TABLE 2-7.  DISTRIBUTION OF POINT SOURCES EMISSIONS BY
            PLANT EMISSIONS SIZE CLASSES - UNITED STATES
RANGE
POLLUTANT (TONS/YR)
S02








NOX








voc







>25,000
10,000-25,000
5,000-10,000
2,500-5,000
1,000-2,500
500-1,000
100-500
1-100

>25,000
10,000-25,000
5,000-10,000
2,500-5,000
1,000-2,500
500-1,000
100-500
1-100
*
>25,000
10,000-25,000
5,000-10,000
2,500-5,000
1,000-2,500
500-1,000
100-500
1-100
NUMBER OF
PLANTS
171
185
215
26A
460
4A3
1,517
5,199
8,454
74
151
167
250
539
559
1,976
4,738
8,454
1
13
40
107
300
416
2,148
5,429
PERCENT OF
PLANTS
22
22
32
32
52
52
182
612
1002
12
22
22
32
62
72
232
562
1002
02
02
02
12
42
52
252
642
EMISSIONS
(TONS/YR)
14,324,652
2,916,478
1,549,716
934,231
751,074
311,776
358,283
33,928
21,180,138
3,310,724
2,348,034
1,139,474
883,377
846,718
398,127
460,776
79,731
9,466,961
33,675
173,620
281,744
371,379
470,155
289,062
474,208
65,055
PERCENT OF
EMISSIONS
682
142
72
42
42
12
22
02
1002
352
252
122
92
92
42
52
12
1002 •
22
82
132
172
222
132
222
32
              8,454
1002
2,158,898
1002
                         2-11

-------
TABLE 2-8.  DISTRIBUTION OP POINT SOURCE EMISSIONS BY
             PLANT EMISSIONS  SIZE  CLASSES -  CANADA
RANGE
POLLUTANT (TONS/YR)
S02 >25,000
10,000-25,000
5,000-10,000
2,500-5,000
1,000-2,500
500-1,000
100-500
1-100

NOX >25,000
10,000-25,000
5,000-10,000
2,500-5,000
1,000-2,500
500-1,000
100-500
1-100

VOC >25,000
10,000-25,000
5,000-10,000
2,500-5,000
1,000-2,500
500-1,000
100-500
1-100
NUMBER OF
PLANTS
20
17
26
38
66
51
73
430
721
2
11
7
12
44
55
222
368
721
0
1
11
11
17
19
67
595
PERCENT OF
PLANTS
3Z
2Z
4Z
5Z
9Z
7Z
10Z
60Z
100Z
OZ
. 2Z
1Z
2Z
6Z
8Z
31Z
5.1Z
100Z
OZ
OZ
2Z
2Z
2Z
3Z
9Z
83Z
EMISSIONS PERCENT OF
(TONS/YR) EMISSIONS
2,907,014
273,405
177,487
133,191
108,372
36,115
21,133
1,899
3,658,616
100,197
176,130
49,411
44,562
66,918
36,774
55,560
3;386
532,937
0
11,829
82,346
41,742
29,510
12,439
14,086
4,723
79Z
7Z
5Z
4Z
3Z
1Z
1Z
OZ
100Z
19Z
33Z
9Z
8Z
13Z
7Z
10Z
1Z
100Z
OZ
6Z
42Z
21%
15Z
6%
7%
2%
                 721
100Z
196,675
1002
                         2-12

-------
magnitude ranges than are S(>2 and NOX.  There are 191 plants in the United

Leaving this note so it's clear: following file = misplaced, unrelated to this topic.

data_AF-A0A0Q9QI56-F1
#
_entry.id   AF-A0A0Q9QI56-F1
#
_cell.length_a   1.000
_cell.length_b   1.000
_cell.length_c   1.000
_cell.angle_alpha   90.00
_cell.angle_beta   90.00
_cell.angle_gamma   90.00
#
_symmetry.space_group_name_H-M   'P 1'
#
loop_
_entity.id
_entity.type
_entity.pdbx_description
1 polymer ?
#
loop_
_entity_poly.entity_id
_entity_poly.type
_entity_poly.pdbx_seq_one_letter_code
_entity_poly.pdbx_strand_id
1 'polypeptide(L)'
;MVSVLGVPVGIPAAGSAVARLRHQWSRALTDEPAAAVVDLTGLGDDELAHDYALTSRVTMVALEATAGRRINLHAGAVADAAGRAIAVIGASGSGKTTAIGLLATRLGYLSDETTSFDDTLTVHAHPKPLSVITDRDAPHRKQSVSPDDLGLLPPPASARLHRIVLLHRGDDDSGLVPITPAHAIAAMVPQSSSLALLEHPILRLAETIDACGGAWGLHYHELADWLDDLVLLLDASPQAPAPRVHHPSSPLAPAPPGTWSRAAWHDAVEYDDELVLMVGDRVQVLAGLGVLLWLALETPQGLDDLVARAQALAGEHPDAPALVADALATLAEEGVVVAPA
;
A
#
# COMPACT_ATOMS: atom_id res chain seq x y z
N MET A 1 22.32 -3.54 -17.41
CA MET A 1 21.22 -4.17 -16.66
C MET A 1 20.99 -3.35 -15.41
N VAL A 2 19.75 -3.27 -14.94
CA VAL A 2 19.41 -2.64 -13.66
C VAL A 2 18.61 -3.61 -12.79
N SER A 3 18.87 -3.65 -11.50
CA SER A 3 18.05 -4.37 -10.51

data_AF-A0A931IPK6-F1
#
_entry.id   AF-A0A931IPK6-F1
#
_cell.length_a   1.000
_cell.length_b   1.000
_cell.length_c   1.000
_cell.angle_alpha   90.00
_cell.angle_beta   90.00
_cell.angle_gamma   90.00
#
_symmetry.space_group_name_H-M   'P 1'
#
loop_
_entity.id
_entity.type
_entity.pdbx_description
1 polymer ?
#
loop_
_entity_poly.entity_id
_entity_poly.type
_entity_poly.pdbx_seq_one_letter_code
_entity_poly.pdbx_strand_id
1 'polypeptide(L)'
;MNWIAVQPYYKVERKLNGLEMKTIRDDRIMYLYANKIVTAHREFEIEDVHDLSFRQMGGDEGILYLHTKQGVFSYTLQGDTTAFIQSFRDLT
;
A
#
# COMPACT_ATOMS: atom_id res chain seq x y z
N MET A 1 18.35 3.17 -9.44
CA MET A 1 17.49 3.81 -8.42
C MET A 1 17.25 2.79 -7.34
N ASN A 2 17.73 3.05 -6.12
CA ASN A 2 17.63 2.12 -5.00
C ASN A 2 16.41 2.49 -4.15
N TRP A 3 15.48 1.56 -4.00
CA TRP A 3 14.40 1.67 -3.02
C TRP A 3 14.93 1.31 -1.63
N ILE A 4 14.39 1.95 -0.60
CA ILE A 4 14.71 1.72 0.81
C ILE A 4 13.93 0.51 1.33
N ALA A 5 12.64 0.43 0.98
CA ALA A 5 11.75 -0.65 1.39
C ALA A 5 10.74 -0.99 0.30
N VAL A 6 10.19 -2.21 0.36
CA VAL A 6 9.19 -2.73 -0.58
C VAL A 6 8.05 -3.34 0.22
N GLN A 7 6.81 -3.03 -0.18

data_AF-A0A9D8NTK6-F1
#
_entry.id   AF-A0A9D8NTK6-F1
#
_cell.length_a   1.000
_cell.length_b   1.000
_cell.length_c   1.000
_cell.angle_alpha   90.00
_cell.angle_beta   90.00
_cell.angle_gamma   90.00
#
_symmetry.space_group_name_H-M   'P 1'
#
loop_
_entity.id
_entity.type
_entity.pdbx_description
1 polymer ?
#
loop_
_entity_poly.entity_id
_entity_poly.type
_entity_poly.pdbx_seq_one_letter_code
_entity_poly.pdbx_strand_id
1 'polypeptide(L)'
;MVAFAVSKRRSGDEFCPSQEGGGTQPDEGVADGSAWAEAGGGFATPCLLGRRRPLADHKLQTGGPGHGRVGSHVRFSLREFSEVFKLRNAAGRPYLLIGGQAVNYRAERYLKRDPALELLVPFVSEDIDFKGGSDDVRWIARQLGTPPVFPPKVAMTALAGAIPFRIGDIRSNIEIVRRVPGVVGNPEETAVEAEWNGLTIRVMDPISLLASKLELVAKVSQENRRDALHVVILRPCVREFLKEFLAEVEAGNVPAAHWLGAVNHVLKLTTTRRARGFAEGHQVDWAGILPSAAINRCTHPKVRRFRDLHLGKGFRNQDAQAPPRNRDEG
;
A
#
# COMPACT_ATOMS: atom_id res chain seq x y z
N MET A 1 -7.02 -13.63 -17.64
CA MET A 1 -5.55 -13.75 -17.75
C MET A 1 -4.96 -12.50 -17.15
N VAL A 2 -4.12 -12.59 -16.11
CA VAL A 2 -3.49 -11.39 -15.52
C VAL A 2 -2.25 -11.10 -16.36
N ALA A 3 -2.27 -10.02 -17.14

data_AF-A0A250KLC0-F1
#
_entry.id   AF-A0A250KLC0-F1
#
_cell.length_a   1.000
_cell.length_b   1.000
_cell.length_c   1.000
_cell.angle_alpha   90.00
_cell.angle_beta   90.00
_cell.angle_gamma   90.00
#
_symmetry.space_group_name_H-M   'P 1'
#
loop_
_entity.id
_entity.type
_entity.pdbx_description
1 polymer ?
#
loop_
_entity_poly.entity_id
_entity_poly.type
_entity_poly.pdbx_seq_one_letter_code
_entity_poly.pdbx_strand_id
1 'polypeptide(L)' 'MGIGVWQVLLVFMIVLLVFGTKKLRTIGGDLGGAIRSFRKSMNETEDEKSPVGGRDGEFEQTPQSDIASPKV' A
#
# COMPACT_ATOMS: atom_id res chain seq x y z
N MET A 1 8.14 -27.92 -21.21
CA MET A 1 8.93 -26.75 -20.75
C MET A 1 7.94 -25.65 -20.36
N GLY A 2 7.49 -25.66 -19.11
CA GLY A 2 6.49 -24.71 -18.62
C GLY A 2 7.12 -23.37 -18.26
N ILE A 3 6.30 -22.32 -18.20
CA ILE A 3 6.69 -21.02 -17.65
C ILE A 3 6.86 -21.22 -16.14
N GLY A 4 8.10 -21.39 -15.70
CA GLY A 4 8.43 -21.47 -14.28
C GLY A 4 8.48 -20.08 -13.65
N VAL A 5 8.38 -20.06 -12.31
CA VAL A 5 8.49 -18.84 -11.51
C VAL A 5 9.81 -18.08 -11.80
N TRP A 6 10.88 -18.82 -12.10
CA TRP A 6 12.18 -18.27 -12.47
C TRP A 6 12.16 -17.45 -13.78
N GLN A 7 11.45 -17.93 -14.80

States and Canada that emitted more than 25,000 TPY of S02 in 1985.  The
location of these plants is shown on a map of the NAPAP region in Figure 2-4.
All plants with reported emissions of less than 100 TPY of all five criteria
pollutants were removed from the United States point source file and
aggregated to area source emissions categories for minor point sources.  The
large numbers of plants listed with emission magnitudes between 1 and 100 TPY
of any of these three pollutants represent sources that emit more than 100 TPY
of one of the other criteria pollutants.

     The distribution of total U.S. and Canadian point and area sources by
stack height is summarized in Table 2-9.  The height at which emissions are
released is an important component related to the potential for long range
transport.  Stack height and other associated stack parameters are, therefore,
critical data elements for regional modeling applications.  For purposes of
this analysis, all area source emissions are assumed to be released into the
lowest height range.  More than 74 percent of the total S(>2 emissions and more
than 29 percent of the total NOX emissions are released from stacks exceeding
240 feet in height.  In general, the largest point emissions sources of 862
and NOX are also the sources that have the tall stacks.  The large fuel
burning sources and smelter operations are not large emitters of VOC, and the  f~~"
distribution of VOC by stack height is dominated by area sources and other   \/
small points that have low stack heights.  Thus, almost 99 percent of VOC
emissions are emitted at altitudes below 120 feet.

POINT-LEVEL EMISSIONS DATA

     The point source data are structured on a hierarchy of plants, individual
emission points located within plants and individual processes associated with
specific points.  For example, consider a utility plant, in which there are
four individual boilers.  Each of the boilers is capable of firing both'
residual oil and coal.  The hierarchical structure for this facility would
include a single plant identification number and four point identification
numbers, one for each boiler.  Each of the boilers would have two SCC process-
level identification numbers, for a total of 8 SCC-level records.

     Emissions magnitudes were reported at the point-level and allocated to